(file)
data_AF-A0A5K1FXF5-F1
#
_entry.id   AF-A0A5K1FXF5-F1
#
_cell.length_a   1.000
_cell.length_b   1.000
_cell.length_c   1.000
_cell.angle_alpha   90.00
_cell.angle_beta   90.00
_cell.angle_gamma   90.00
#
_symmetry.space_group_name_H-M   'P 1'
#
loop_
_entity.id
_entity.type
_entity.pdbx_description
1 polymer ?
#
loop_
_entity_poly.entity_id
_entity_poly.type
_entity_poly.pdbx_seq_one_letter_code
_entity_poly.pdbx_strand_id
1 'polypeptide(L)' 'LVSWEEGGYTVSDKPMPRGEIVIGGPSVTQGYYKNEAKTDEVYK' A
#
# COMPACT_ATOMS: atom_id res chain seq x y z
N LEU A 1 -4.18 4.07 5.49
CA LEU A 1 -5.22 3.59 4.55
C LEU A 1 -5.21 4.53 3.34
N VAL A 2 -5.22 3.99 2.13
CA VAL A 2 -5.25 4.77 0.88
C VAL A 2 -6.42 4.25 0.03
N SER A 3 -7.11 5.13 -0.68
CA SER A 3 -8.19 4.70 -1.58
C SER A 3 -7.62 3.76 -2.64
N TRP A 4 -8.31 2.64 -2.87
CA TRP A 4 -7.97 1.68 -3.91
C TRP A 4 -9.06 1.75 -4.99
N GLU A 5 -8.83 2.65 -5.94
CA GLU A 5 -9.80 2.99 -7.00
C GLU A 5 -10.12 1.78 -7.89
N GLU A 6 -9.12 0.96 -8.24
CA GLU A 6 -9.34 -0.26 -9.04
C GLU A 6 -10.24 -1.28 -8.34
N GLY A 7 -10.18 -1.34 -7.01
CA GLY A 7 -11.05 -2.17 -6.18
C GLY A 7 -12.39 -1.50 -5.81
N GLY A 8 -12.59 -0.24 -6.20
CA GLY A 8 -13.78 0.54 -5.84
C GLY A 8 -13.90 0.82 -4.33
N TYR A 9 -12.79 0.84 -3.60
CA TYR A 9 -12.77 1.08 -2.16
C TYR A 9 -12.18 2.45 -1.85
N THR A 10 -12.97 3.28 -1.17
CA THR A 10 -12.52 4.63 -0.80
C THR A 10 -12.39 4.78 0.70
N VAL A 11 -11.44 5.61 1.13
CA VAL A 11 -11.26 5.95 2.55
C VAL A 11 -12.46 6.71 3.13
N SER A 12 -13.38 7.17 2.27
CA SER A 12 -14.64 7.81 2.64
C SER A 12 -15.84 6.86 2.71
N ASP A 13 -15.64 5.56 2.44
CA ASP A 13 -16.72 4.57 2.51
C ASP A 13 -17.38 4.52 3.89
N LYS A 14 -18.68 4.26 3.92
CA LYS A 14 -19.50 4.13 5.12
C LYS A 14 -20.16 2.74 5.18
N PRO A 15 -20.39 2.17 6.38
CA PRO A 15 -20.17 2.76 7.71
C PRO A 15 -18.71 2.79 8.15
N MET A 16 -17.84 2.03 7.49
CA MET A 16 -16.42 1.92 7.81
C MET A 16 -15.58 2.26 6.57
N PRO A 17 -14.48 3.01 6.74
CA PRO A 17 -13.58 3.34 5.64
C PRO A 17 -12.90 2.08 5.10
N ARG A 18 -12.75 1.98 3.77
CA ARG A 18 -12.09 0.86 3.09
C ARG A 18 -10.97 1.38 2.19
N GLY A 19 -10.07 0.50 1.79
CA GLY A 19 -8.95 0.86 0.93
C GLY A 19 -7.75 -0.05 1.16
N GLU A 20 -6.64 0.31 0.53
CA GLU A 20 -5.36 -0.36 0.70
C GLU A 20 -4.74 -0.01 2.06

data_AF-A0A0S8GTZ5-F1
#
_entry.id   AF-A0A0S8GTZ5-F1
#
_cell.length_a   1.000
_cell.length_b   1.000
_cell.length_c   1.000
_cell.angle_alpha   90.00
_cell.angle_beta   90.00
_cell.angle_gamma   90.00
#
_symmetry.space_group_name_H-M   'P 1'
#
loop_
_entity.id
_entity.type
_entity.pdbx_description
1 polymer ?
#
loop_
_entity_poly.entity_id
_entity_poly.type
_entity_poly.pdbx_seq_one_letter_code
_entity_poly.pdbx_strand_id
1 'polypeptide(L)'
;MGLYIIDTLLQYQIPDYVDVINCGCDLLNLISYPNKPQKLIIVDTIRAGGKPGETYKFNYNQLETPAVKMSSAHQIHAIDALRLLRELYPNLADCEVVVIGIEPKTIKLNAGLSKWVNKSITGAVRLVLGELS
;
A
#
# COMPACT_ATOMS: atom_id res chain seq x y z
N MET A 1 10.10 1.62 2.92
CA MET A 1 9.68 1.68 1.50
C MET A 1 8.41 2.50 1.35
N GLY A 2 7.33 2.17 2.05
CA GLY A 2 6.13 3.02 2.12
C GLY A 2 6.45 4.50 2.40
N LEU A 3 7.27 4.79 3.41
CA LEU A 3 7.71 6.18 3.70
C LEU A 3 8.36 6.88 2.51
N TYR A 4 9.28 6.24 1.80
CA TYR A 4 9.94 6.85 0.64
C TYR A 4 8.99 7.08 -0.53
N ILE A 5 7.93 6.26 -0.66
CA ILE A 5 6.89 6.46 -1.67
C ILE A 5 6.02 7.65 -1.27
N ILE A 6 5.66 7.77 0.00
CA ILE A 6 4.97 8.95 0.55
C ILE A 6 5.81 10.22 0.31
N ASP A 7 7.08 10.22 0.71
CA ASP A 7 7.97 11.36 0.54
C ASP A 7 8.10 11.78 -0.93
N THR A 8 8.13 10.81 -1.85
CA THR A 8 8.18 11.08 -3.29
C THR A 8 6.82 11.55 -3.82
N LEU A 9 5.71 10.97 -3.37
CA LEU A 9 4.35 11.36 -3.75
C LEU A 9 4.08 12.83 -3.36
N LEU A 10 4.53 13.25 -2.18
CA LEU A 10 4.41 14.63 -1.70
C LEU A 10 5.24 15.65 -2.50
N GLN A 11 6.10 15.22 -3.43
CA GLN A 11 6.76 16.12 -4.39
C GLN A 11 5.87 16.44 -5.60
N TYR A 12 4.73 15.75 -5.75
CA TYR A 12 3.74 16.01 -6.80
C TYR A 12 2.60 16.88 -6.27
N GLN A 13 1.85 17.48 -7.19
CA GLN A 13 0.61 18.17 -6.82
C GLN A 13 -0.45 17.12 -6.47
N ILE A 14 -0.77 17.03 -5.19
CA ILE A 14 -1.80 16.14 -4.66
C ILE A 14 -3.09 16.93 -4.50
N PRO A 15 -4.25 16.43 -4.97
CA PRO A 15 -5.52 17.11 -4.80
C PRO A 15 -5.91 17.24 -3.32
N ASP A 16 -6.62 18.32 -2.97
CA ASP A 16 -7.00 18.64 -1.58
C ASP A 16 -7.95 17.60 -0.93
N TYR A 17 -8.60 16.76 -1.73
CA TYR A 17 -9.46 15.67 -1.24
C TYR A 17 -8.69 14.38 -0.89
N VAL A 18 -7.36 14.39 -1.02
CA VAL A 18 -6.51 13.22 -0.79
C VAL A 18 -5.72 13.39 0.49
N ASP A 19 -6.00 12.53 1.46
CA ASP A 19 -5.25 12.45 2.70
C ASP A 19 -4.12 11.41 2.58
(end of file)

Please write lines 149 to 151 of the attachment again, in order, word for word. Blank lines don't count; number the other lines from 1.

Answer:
CA GLN A 11 6.76 16.12 -4.39
C GLN A 11 5.87 16.44 -5.60
N TYR A 12 4.73 15.75 -5.75